Vargas projects as basically the epitome of a league average hurler in 2014. Steamer has him at +2.0 WAR over 182 innings, pretty much continuing the trend of what he’s done over the last four seasons. He throws strikes, gets a slightly below average amount of strikeouts, and usually posts lower than average rates of hits on balls in play. Whether you’re judging by ERA or FIP or some combination of the two, Vargas is going to rate as roughly average, or maybe just a tick below average depending on how much weight you put on FIP relative to ERA.
Cameron concludes that while the fourth year of the deal is likely to be problematic, it is not a massive overpay given the current market for starting pitching.
That's true, although as I mentioned yesterday, I like Joe Posnanski's counterpoint: the Royals are now committed to Vargas come what may, potentially a major problem if he falls apart sooner than expected.
Looking at the historical parallels, Vargas' Sim Score comps through age 30 are Wandy Rodriguez, Jamie Moyer, Charles Hudson, Chris Hammond, Brian Lawrence, Bronson Arroyo, Tom Gorzelanny, Mark Redman, Mike Scott, and Kris Benson. How did those guys perform after age 30?
Wandy Rodriguez has remained effective, putting up above-average to average numbers through age 34. Jamie Moyer, who was a journeyman at this point in his career with 46 wins and a career 93 ERA+, wound up pitching much better in his 30s (and 40s) than he did earlier in his career, finishing with 269 wins. Obviously the Royals would love that kind of outcome.
Charlie Hudson didn't pitch in the majors after age 30, so that's the worst outcome. Hammond fell apart at age 31, was out of the majors for several years, then re-emerged as an effective reliever at age 36. Lawrence fell apart at 31 and was out of the majors at 32.
Arroyo has been a steady, durable, 200 inning-per-season workhorse through age 36. Gorzelanny is an exact contemporary of Vargas so we don't know how that will go yet. Redman was a below-average inning-soaker at age 31, terrible but in the rotation anyway at age 32, then finally collapsed at 33. Mike Scott struck out 306 guys and won the Cy Young Award at age 31 and remained strong through age 35, but he was scuffing the ball. Benson had an adequate season at age 31, but was finished after that.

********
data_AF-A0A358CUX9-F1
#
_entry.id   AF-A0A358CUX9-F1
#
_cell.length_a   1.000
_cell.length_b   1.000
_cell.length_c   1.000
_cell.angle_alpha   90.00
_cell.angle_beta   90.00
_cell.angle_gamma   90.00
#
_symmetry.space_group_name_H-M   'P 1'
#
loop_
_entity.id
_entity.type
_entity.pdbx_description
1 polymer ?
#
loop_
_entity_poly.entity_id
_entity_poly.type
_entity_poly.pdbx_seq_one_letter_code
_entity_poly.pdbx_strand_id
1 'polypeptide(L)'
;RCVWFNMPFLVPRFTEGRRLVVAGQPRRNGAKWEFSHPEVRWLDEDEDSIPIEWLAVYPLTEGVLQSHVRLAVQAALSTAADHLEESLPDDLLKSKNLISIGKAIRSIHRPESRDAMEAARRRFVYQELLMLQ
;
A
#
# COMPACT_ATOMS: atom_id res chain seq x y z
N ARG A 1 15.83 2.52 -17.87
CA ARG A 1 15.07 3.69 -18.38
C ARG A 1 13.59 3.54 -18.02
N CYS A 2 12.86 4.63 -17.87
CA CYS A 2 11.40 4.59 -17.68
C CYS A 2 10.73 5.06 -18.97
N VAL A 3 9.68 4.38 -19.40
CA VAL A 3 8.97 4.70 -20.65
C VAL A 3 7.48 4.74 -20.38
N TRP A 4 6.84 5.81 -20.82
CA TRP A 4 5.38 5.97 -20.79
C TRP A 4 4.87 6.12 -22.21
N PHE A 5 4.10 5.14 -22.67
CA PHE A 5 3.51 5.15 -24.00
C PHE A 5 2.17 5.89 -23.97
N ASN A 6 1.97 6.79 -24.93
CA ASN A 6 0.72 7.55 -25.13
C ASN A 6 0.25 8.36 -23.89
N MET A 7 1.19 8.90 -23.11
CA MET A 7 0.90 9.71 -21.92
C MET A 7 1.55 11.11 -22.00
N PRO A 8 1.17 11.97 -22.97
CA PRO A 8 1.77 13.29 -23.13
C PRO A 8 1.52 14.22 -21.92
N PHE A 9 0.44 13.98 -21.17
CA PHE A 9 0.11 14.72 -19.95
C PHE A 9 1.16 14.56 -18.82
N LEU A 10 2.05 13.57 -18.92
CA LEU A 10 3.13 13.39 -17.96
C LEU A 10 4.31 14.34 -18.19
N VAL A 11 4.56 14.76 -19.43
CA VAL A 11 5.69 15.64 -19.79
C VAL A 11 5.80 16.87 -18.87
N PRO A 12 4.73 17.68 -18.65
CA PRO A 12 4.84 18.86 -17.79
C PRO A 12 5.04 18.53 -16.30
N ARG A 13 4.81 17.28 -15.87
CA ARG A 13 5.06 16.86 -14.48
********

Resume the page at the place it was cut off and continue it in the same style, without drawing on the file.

So, tossing out Gorzelanny since we don't know the outcome, of the nine most comparable pitchers to Vargas at this point in his career, two guys (Moyer and Scott) improved dramatically, although Scott at least had unnatural help. Two others (Rodriguez and Arroyo) have been solid. Redman, Hudson, Hammond, Lawrence, Benson all fell apart by age 33 at the latest.
Those are the historical parallels, which fit with my general instinct about this: signing Vargas is a reasonable short-term thing to do, but that four years is pushing it. There's some chance he could be better at 34 than he is at 31, but there's also an at least equal chance that he'll be completely worthless at 33-34 and that the last two years of the contract will be a waste.
Whether that's a minor consideration or a potential disaster will depend on how much payroll flexibility that ownership gives the Royals front office in 2016-2017. And Glass only knows what the answer to that question is.